Joe Biden delivered a fantastic, powerful and uplifting speech. I’m blown away. It was perfectly suited to who he is. He may not be an orator on the level of Barack Obama, but Obama couldn’t have given a speech that was so personal and intimate.
Not only was it the best speech of Biden’s life, but I also thought it was the best speech of the week — outshining some truly terrific moments from both Obamas and from Kamala Harris. I don’t see how the Democrats could possibly have done any better than they did with their virtual convention.
A word we’ve heard a lot this week is “empathy.” I don’t think we’re going to hear it much next week. Or see it, for that matter. Can we finally bring the Trump nightmare to a close?
A Michelle Obama for vice president boomlet is now under way. This would be a very bad idea. Joe Biden is 77, and, if he’s elected, there’s a good chance that his running mate will become president before his first term is up. Obama has no relevant experience beyond being a former first lady. You can be sure that would be used against her during the campaign. And let’s not forget that Obama has said over and over that she has no intention of ever seeking political office.
I actually think Obama would make a decent president because, like most normal people, she has the humility to know what she doesn’t know. She’s wicked smart, and she would almost certainly choose good advisers and listen to them. One of those advisers, obviously, would be Barack Obama. So a Michelle Obama presidency would probably work out OK.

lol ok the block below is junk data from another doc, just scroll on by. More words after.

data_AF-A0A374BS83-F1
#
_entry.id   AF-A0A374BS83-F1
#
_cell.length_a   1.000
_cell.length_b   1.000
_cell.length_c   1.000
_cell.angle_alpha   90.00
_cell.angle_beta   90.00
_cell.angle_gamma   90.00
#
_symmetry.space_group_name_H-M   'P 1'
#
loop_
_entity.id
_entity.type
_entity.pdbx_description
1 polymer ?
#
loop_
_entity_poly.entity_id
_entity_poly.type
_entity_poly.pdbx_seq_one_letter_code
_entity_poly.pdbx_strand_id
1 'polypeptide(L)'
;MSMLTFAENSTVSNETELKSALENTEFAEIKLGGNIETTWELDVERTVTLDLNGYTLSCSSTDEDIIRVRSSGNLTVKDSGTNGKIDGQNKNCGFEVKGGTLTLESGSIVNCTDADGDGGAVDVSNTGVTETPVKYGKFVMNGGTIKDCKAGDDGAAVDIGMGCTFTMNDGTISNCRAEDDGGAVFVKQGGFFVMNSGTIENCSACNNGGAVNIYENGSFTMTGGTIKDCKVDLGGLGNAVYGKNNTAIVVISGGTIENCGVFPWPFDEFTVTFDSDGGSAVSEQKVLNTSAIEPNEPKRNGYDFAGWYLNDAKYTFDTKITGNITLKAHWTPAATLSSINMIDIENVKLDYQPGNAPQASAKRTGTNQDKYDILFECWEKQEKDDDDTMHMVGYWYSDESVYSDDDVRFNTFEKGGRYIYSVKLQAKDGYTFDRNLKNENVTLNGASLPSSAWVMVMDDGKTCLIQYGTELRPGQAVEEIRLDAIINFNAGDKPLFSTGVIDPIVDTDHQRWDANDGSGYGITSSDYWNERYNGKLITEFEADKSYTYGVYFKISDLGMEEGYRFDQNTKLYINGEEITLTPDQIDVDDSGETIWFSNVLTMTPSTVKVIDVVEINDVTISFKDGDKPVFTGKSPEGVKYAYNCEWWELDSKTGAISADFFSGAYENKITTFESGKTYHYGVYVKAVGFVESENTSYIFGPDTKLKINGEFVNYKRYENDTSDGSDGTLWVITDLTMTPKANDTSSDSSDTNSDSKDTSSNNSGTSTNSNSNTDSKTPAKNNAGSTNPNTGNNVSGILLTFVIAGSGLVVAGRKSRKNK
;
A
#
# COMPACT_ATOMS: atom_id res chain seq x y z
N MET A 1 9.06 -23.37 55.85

But for Biden to choose someone with no history in elected or appointed government office would be a political disaster. He’s promised to pick a woman, and I think he ought to choose a woman of color. Kamala Harris would be an excellent choice, though there are others, too.
Maybe putting Michelle Obama on the ticket would turn out to be a stroke of genius. She’s popular and likable. But choosing her would be wildly unconventional, and there’s too much at stake to take that kind of chance.
The botched Iowa caucuses and the State of the Union mark the official opening of the presidential campaign. From now until November, you’re going to hear a lot about whether Democrats can take voters in the Midwest back from President Trump.
And so politics was very much on my mind when I watched “American Factory” over the weekend. The Netflix documentary, the first released by Barack and Michelle Obama’s production company, Higher Ground, tells the story of a glass factory opened by the Chinese in 2016 at the site of a former General Motors plant near Dayton, Ohio. The film has been nominated for an Oscar. (Note: Spoiler alerts ahead.)
When we talk about the working-class voters who defected to Trump in 2016, we are inevitably talking about white working-class voters. But the people who were hired by the Fuyao glass company — many of them former GM employees — comprised an integrated workforce. At least as depicted in the film, the white and African American employees get along, and though they resent their Chinese co-workers and managers for what they perceive as unrealistic demands, we don’t hear anything even remotely racist from the Americans.